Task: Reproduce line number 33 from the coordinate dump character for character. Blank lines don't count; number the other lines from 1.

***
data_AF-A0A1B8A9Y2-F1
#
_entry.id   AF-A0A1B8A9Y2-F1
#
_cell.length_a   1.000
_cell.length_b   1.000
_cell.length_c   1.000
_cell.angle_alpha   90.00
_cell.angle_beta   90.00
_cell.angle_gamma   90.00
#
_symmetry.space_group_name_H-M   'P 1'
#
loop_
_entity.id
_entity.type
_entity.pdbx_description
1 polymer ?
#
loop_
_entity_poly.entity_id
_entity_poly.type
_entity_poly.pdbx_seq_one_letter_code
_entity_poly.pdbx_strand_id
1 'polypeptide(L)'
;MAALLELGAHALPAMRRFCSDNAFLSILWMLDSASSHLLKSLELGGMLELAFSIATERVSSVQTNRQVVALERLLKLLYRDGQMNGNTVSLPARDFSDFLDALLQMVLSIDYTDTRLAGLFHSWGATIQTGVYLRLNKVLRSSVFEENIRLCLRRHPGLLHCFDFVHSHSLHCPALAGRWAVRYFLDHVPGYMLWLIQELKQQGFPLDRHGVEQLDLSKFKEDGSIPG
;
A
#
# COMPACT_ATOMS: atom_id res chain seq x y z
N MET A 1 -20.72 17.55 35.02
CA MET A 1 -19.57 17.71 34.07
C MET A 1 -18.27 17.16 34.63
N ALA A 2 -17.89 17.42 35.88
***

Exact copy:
C MET A 1 -18.27 17.16 34.63